Everest – Day 28: Another rest day

April 26 (Friday)

It was another rest day for the group which meant another rest day for me as well.  I felt I was already rested out so I strolled around base camp and took a bunch of pictures.  Here are some:


Mount Pumori in the background (where I acclimatized with Lakpa)


Western shoulder of Everest


A Sherpa carrying loads



Western shoulder of Everest and part of the Icefall


My tent with the view of the western shoulder of Everest and the Icefall

DAY 29



Everest – Day 27: Rest day

April 25 (Thursday)

Today the rest of the team came back from camp 2.  While they were at camp 1 supposedly they got all kinds of snow which prolonged their stay at camp 1 by one night.  They moved up to camp 2 to acclimatize for one night and came back.  Everybody felt great.

It was also another rest day for me. I felt great and the weather was nice so I snapped some pictures around our camp:


My tent with view of the Icefall in the background


My tent with view of the Icefall in the background


My tent with view of the Icefall in the background



DAY 28

Everest – Day 26: Acclimatization

April 24 (Wednesday)

Today I went on another acclimatization hike with Lakpa, this time to camp 1 of Pumori, at about 19,000ft.  That’s about as high as Camp 1 of Everest (at 19,500ft).  I went at my own pace at Lakpa’s patience and I gotta say, I felt fabulous!  I really think that I just needed those couple days of rest and extra acclimatization.  It seems that even though ‘active rest’ worked for the majority of the group, my body just needed good ‘ol bumming around and laying horizontally.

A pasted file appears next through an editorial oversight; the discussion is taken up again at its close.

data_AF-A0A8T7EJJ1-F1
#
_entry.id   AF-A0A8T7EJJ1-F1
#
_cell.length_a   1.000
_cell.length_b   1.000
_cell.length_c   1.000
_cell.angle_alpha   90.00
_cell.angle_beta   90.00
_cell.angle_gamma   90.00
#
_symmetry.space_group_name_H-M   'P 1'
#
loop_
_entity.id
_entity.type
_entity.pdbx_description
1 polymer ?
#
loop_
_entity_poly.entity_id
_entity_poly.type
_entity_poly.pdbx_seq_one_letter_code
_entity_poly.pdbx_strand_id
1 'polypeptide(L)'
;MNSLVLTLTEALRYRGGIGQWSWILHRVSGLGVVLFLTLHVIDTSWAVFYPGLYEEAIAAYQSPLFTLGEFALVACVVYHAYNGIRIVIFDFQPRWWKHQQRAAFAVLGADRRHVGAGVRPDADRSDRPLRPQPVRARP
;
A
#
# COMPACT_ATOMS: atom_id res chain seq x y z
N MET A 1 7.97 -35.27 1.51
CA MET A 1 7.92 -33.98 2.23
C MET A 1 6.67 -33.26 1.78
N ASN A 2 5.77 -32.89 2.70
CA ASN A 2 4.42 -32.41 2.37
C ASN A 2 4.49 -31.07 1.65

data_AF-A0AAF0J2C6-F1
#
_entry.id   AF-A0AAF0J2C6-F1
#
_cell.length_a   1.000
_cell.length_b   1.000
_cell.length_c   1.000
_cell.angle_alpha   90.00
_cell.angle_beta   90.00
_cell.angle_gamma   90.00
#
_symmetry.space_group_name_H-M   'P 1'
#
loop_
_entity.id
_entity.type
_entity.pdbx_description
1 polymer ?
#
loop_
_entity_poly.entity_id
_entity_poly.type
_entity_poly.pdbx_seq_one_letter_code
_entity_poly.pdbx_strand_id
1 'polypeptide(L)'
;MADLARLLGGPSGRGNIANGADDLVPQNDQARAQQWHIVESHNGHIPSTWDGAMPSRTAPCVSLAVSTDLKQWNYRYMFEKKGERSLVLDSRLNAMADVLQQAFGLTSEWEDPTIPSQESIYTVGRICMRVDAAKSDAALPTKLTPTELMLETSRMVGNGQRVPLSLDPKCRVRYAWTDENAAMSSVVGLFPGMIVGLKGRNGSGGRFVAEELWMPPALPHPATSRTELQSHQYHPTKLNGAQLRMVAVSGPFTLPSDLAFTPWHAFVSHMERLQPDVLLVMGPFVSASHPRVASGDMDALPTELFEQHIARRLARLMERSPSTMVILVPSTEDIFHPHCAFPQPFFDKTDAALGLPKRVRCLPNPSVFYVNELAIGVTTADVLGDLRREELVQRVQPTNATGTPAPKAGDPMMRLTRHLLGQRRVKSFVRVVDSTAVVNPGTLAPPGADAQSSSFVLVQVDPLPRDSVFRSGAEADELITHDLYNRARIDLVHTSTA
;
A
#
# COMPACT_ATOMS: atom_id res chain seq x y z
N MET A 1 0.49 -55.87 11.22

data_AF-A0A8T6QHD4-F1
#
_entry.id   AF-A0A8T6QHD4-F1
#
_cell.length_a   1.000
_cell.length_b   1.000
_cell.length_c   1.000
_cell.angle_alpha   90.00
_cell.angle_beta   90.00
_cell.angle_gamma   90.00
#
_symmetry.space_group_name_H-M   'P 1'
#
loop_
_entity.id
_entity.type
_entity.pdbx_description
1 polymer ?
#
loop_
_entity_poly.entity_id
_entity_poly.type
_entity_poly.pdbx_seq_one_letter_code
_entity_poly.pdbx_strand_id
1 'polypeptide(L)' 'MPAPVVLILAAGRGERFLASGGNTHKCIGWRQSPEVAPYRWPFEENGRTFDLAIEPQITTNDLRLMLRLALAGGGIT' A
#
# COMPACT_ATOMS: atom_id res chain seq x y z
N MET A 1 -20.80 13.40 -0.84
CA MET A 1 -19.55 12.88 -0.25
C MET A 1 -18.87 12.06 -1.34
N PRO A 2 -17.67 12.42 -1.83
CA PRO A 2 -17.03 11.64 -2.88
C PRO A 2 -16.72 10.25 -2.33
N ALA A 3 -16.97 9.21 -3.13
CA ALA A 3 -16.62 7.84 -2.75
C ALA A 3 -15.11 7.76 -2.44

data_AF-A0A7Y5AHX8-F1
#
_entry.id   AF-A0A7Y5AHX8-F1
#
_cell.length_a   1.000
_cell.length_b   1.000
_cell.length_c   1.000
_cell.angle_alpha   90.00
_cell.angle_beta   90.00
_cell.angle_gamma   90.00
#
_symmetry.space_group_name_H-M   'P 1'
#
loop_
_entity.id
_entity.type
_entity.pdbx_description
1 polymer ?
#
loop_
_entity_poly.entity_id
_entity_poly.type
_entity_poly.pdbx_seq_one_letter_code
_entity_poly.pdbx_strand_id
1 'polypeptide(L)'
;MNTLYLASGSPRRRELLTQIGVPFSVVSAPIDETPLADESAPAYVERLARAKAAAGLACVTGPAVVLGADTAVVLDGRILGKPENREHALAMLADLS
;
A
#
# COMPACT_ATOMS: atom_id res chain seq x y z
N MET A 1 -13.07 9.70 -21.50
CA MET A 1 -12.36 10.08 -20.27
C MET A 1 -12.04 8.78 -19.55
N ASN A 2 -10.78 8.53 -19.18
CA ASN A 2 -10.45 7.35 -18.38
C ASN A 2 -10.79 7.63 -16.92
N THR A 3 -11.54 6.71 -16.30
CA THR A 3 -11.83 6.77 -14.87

I came back to base camp feeling energized and full of hopes for the rest of the climb!

DAY 27

Everest – Rotation #1

Even though there are only roughly 12,000ft from Base Camp to the summit of Everest, one cannot just simply off and go for the summit in one day, especially when just getting to Base Camp.  There is a rule in high altitude mountaineering that starting at 10,000ft one should not ascend more than 3000ft in 3 days (so 1000ft per day or 3000ft in one day and take 2 days rest).  There is an excellent article explaining altitude effects on the body in lay terms (found here); I encourage all of you to read it first if you have any questions about the need for slower acclimatization, and the reasoning behind the ‘rotations’ on the mountain.

There are three rotations on the south side of Everest:

Rotation #1: Base Camp to Camp #2 (Advanced Base Camp – 21,325ft), back to Base Camp and rest for a week or so

Rotation #2: Base Camp to lower Camp #3 (around 23,000ft), back to Base Camp and descend to lower elevations (at least down to 12,500ft)

Rotation #3: Base Camp to summit and back.

Here is a map showing individual camps which may explain everything better:


Our first rotation was to start tomorrow.  First day would take us through the Khumbu Icefall to camp 1 (19,900ft).  We would spend 2 nights there and move to camp 2 (21,325ft).  We would spend one night at camp 2 and come back straight to Base Camp the following day.  We would take about a week rest at Base Camp to regain strength and to further acclimatize to the thin air.  Read on to find out my experiences with the first rotation!